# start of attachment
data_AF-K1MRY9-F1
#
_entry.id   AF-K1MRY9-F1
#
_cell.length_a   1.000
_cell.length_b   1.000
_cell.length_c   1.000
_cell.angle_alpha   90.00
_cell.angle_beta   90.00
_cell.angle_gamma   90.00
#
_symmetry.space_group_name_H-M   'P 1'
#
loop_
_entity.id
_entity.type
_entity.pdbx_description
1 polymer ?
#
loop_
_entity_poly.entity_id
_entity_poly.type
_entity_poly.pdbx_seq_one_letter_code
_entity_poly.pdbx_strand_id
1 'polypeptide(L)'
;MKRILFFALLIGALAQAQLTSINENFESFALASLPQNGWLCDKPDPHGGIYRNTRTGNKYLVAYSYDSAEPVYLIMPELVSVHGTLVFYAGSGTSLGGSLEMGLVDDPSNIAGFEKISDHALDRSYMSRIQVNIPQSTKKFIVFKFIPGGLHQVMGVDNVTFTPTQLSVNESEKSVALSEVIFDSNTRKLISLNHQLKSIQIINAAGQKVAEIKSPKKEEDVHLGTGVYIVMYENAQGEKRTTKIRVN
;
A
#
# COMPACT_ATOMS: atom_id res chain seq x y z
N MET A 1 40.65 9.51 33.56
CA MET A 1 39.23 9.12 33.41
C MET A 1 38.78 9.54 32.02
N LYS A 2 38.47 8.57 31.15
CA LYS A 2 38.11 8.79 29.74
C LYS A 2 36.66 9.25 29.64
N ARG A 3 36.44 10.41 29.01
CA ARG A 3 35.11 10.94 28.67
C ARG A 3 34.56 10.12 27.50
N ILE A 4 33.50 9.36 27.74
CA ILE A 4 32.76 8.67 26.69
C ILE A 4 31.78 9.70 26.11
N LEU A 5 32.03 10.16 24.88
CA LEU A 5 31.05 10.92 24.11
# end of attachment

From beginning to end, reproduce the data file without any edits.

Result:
data_AF-K1MRY9-F1
#
_entry.id   AF-K1MRY9-F1
#
_cell.length_a   1.000
_cell.length_b   1.000
_cell.length_c   1.000
_cell.angle_alpha   90.00
_cell.angle_beta   90.00
_cell.angle_gamma   90.00
#
_symmetry.space_group_name_H-M   'P 1'
#
loop_
_entity.id
_entity.type
_entity.pdbx_description
1 polymer ?
#
loop_
_entity_poly.entity_id
_entity_poly.type
_entity_poly.pdbx_seq_one_letter_code
_entity_poly.pdbx_strand_id
1 'polypeptide(L)'
;MKRILFFALLIGALAQAQLTSINENFESFALASLPQNGWLCDKPDPHGGIYRNTRTGNKYLVAYSYDSAEPVYLIMPELVSVHGTLVFYAGSGTSLGGSLEMGLVDDPSNIAGFEKISDHALDRSYMSRIQVNIPQSTKKFIVFKFIPGGLHQVMGVDNVTFTPTQLSVNESEKSVALSEVIFDSNTRKLISLNHQLKSIQIINAAGQKVAEIKSPKKEEDVHLGTGVYIVMYENAQGEKRTTKIRVN
;
A
#
# COMPACT_ATOMS: atom_id res chain seq x y z
N MET A 1 40.65 9.51 33.56
CA MET A 1 39.23 9.12 33.41
C MET A 1 38.78 9.54 32.02
N LYS A 2 38.47 8.57 31.15
CA LYS A 2 38.11 8.79 29.74
C LYS A 2 36.66 9.25 29.64
N ARG A 3 36.44 10.41 29.01
CA ARG A 3 35.11 10.94 28.67
C ARG A 3 34.56 10.12 27.50
N ILE A 4 33.50 9.36 27.74
CA ILE A 4 32.76 8.67 26.69
C ILE A 4 31.78 9.70 26.11
N LEU A 5 32.03 10.16 24.88
CA LEU A 5 31.05 10.92 24.11